"Climategate" Redux: Conservative Media Distort Hacked Emails ... Again

››› ››› JOCELYN FONG, JILL FITZSIMMONS & EMILEE PIERCE

Anonymous hackers recently released another batch of emails taken from a climate research group at the University of East Anglia in 2009, along with a document containing numbered excerpts of purportedly incriminating material. Many of these selections have been cropped in a way that completely distorts their meaning, but they were nonetheless repeated by conservative media outlets who believe climate change is a "hoax" and a "conspiracy."

Conservative Media Highlight Misleadingly Cropped And Out-Of-Context Emails

<4755>

Selectively Edited Email Implies Scientists "Left Out" Information To Fit A "Message." A December 2004 email from the University of Arizona's Jonathan Overpeck to Argentinian scientist Ricardo Villalba was cropped to say:

<4755> Overpeck:

The trick may be to decide on the main message and use that to guid[e] what's included and what is left out. [Email excerpt, accessed 11/28/11]

Email Was Actually About Meeting Page Limits. The full email reveals that Overpeck is advising Villalba to edit a lengthy outline down to "0.5 pages of HIGHLY focused and relevant stuff." They are discussing a "Section on Modes of Variability" for the Palaeoclimate chapter of the draft 2007 IPCC report. From Overpeck's email:

I think the hardest, yet most important part, is to boil the section down to 0.5 pages. In looking over your good outline, sent back on Oct. 17 (my delay is due to fatherdom just after this time), you cover ALOT. The trick may be to decide on the main message and use that to guid what's included and what is left out. For the IPCC, we need to know what is relevant and useful for assessing recent and future climate change. Moreover, we have to have solid data - not inconclusive information.

[...]

So, the trick is for you to lead us (Dick, Keith, me - maybe Julie - ENSO expert) to produce 0.5 pages of HIGHLY focused and relevant stuff. Can you take another crack at your outline and then tell us what you need? [Email 4755, 12/16/04]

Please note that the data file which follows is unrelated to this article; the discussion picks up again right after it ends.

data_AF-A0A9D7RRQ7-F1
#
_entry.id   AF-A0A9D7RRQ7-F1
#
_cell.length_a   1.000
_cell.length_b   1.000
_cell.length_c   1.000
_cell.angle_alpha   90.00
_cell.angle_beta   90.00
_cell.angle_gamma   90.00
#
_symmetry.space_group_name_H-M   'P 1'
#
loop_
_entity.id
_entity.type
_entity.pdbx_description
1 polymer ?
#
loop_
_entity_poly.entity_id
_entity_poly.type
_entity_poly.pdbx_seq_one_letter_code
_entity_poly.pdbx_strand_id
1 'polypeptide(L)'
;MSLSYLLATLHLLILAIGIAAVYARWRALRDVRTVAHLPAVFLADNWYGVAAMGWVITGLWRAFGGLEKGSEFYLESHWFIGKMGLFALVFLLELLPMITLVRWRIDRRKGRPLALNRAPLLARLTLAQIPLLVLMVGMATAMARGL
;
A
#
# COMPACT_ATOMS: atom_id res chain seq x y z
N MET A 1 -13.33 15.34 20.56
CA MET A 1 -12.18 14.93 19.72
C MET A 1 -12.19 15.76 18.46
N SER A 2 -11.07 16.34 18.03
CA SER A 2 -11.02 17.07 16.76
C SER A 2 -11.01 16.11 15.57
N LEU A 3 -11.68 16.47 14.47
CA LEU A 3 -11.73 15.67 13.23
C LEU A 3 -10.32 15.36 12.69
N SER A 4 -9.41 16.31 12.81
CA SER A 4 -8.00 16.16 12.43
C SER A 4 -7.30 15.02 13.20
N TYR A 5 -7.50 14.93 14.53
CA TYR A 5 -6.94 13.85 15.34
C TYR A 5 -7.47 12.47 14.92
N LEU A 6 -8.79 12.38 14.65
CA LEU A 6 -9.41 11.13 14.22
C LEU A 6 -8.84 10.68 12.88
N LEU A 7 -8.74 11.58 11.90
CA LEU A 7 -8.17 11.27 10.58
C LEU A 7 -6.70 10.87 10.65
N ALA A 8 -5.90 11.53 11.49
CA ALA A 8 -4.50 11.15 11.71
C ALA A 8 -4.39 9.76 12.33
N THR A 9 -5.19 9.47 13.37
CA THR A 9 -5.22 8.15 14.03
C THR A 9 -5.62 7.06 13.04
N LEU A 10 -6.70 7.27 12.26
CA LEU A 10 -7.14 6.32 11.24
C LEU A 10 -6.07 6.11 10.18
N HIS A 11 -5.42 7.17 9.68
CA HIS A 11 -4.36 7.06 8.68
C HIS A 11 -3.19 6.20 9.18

This email was quoted out of context by the following media outlets:

<1939> and <3066>

Cropped Email Falsely Suggests Scientist Said Science Was "Manipulated" In IPCC Report. Emails by then-Met Office scientist Peter Thorne to Phil Jones of the University of East Anglia in February 2005 were cropped to say:

<1939> Thorne/MetO:

Observations do not show rising temperatures throughout the tropical troposphere unless you accept one single study and approach and discount a wealth of others. This is just downright dangerous. We need to communicate the uncertainty and be honest. Phil, hopefully we can find time to discuss these further if necessary [...]

<3066> Thorne:

I also think the science is being manipulated to put a political spin on it which for all our sakes might not be too clever in the long run. [Email excerpts, accessed 11/28/11]

Concerns Were Expressed About First Draft, Addressed In Final Version. This exchange was about the first draft, called the "zero order draft," of a section on upper-air temperatures in the 2007 IPCC report. Thorne said "we need to communicate the uncertainty" and later added:

At this stage I'm pretty sure we can reconcile these things relatively simply. However, I certainly would be unhappy to be associated with it if the current text remains through final draft - I'm absolutely positive it won't. [Emails 1939 and 3066, 4/2/05]

The final draft of the chapter noted that there is "substantial" "uncertainties" in this area, indicating that Thorne's critique was incorporated into the chapter by the time it was released two years later:

Within the community that constructs and actively analyses satellite- and radiosonde-based temperature records there is agreement that the uncertainties about long-term change are substantial. Changes in instrumentation and protocols pervade both sonde and satellite records, obfuscating the modest long-term trends. Historically there is no reference network to anchor the record and establish the uncertainties arising from these changes - many of which are both barely documented and poorly understood. Therefore, investigators have to make seemingly reasonable choices of how to handle these sometimes known but often unknown influences. It is difficult to make quantitatively defensible judgments as to which, if any, of the multiple, independently derived estimates is closer to the true climate evolution. This reflects almost entirely upon the inadequacies of the historical observing network and points to the need for future network design that provides the reference sonde-based ground truth. [IPCC AR4, WG1, Chapter 3, 2007]

The Thorne emails were quoted out of context by the following media outlets:

<2775>

Cropped Email Falsely Suggests Scientists Manipulated Data. A December 2004 email from Phil Jones was edited to read as follows:

<2775> Jones:

I too don't see why the schemes should be symmetrical. The temperature ones certainly will not as we're choosing the periods to show warming. [Email excerpt, accessed 11/28/11]